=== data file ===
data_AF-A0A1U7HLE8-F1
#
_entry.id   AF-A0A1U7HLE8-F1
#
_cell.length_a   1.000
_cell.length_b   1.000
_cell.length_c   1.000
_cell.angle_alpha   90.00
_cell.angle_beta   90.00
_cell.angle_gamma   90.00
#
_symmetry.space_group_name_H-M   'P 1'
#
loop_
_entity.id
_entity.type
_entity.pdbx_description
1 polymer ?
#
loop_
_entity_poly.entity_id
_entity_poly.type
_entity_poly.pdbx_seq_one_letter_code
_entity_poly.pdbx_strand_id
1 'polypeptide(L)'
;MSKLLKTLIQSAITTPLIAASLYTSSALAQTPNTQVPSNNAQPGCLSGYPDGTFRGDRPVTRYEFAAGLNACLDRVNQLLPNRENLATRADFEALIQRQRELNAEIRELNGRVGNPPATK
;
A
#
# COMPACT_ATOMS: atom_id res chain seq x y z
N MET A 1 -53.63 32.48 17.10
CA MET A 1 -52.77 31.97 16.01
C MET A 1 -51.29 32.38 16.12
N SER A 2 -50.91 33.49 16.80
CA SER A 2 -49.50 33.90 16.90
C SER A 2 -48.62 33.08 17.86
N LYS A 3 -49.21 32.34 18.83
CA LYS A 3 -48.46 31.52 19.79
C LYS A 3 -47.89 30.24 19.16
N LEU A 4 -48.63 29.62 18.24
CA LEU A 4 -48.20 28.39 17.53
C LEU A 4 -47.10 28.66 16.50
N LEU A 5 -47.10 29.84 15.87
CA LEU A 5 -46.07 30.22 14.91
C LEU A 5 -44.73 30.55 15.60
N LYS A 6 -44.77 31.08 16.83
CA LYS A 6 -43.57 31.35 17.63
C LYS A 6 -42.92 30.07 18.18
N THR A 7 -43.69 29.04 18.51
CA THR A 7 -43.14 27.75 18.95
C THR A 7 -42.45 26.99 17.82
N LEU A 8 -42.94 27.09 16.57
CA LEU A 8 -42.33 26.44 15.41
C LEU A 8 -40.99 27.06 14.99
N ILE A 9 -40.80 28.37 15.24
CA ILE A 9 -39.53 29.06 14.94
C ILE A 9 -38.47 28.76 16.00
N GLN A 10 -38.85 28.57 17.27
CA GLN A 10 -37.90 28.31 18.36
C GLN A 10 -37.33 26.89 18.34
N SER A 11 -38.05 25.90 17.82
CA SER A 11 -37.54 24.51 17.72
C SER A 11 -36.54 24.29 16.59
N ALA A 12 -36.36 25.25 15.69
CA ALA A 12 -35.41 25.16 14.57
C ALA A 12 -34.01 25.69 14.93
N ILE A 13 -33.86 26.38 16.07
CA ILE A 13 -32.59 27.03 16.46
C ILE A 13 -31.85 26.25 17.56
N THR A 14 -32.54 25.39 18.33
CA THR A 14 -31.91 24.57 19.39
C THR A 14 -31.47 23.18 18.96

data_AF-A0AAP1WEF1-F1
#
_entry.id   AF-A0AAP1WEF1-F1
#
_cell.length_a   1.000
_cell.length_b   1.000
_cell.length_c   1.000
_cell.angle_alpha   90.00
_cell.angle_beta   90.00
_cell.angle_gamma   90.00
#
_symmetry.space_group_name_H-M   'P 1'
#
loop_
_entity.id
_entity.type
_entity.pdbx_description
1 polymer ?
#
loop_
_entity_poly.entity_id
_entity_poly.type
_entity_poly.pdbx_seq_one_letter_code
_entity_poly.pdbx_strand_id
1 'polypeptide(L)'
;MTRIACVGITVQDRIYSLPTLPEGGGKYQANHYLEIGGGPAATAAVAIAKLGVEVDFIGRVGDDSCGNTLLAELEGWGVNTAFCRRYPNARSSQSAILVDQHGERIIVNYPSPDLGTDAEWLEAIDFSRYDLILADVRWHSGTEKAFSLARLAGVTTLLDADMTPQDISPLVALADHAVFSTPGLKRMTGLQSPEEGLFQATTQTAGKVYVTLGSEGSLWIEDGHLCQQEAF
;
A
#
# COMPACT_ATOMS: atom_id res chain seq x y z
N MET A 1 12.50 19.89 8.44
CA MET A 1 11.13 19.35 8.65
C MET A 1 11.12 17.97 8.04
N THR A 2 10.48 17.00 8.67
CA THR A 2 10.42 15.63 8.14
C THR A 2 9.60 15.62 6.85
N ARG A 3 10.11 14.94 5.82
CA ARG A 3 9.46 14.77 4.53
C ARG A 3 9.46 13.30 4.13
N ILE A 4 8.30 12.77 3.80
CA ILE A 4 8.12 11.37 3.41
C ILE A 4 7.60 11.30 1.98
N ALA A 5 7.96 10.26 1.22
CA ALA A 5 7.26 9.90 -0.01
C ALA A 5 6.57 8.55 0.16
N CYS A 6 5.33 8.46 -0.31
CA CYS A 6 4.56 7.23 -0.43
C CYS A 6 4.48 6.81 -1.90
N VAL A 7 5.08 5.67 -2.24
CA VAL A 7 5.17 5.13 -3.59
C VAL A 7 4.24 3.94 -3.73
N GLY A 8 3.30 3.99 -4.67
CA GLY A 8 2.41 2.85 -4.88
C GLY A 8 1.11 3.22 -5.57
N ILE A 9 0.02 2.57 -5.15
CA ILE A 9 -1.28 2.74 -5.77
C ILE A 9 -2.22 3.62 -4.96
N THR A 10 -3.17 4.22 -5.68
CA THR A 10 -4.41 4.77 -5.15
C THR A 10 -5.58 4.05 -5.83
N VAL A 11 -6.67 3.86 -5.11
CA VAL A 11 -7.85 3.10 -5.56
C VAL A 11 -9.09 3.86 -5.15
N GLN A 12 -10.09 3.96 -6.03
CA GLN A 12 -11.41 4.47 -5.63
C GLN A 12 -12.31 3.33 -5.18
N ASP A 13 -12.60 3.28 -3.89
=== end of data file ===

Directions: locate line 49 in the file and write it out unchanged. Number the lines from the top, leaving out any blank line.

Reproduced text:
N THR A 7 -43.69 29.04 18.51